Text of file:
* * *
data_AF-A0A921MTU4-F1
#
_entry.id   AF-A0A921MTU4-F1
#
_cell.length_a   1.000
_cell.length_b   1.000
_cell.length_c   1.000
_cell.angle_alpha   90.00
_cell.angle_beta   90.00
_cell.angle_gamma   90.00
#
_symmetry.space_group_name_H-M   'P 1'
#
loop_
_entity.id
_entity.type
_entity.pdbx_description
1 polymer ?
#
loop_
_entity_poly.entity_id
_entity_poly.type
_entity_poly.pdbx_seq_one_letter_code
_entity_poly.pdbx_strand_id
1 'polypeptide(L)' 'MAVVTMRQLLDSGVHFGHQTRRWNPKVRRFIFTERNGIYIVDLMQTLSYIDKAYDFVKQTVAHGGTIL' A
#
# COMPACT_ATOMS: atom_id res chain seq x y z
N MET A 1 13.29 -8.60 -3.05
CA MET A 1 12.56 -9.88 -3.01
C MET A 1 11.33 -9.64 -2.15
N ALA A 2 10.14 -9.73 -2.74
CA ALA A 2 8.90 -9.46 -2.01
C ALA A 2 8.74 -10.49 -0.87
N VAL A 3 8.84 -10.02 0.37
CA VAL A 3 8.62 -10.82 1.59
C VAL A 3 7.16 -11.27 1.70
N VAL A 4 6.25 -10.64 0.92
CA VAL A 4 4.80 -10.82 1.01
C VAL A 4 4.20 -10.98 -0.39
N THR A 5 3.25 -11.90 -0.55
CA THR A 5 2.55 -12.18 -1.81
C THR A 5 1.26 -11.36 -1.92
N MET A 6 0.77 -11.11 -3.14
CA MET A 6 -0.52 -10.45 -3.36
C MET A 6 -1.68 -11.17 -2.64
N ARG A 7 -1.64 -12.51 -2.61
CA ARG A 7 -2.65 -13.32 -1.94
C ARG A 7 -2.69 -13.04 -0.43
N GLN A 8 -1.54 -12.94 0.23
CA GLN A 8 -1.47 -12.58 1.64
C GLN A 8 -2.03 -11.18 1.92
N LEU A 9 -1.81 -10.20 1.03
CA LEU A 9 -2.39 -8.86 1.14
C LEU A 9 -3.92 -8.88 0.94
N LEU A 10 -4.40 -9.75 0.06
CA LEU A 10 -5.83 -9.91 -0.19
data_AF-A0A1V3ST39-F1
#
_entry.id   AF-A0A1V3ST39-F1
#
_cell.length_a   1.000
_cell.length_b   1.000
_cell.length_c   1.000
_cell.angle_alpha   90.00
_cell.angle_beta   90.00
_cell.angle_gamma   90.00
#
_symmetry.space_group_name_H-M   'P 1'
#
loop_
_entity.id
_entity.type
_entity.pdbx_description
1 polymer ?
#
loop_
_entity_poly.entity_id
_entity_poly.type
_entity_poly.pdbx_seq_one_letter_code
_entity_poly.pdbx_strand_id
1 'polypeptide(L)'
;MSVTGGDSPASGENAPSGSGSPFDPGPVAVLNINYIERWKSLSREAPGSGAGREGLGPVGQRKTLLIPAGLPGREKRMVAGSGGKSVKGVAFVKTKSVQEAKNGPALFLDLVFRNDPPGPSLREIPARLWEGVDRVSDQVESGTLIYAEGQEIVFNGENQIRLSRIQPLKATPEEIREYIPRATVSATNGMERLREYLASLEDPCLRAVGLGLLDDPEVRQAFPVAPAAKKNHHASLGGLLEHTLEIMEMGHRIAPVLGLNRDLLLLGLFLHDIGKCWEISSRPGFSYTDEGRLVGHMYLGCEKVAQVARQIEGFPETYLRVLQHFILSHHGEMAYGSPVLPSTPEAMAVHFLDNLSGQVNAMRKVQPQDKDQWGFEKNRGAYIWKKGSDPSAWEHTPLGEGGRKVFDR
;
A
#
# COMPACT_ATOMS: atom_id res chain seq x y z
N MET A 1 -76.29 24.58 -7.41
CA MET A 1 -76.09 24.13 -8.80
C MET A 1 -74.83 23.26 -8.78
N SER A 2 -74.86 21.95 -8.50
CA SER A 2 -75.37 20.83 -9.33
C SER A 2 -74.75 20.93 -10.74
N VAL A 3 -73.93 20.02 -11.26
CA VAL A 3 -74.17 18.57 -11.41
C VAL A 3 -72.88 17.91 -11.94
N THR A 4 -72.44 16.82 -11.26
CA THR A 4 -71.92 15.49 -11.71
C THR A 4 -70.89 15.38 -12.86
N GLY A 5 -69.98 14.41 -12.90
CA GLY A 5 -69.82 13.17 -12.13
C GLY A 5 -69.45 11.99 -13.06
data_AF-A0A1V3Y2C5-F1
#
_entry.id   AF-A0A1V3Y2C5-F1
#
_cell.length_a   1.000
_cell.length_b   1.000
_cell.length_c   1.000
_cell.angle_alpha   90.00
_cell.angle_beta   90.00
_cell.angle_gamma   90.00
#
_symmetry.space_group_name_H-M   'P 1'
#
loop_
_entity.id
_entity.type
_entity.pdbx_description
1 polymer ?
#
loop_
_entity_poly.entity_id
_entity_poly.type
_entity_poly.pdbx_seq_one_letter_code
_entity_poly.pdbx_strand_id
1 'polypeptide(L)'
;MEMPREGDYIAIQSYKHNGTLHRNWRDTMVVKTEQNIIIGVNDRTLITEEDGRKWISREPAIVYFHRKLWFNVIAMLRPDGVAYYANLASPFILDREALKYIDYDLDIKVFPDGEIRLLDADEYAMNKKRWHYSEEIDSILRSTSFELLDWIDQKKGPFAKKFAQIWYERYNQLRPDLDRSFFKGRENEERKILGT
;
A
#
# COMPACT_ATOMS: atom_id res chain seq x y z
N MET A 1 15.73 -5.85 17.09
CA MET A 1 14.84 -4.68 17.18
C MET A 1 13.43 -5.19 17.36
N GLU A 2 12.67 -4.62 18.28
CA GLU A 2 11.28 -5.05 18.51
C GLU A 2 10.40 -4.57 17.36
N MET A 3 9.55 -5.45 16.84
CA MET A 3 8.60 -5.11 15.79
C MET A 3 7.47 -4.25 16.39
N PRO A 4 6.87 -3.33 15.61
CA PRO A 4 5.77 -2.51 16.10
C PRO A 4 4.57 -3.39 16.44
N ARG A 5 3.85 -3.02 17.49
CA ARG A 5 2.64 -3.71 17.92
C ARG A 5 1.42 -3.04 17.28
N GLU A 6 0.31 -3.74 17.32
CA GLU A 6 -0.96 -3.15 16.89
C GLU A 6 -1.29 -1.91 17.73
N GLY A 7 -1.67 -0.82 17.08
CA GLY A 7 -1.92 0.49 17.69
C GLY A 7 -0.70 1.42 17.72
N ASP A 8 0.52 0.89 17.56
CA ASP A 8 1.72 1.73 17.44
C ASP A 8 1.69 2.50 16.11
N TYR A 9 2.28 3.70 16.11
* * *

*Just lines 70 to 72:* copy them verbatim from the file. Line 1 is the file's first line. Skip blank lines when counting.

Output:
loop_
_entity.id
_entity.type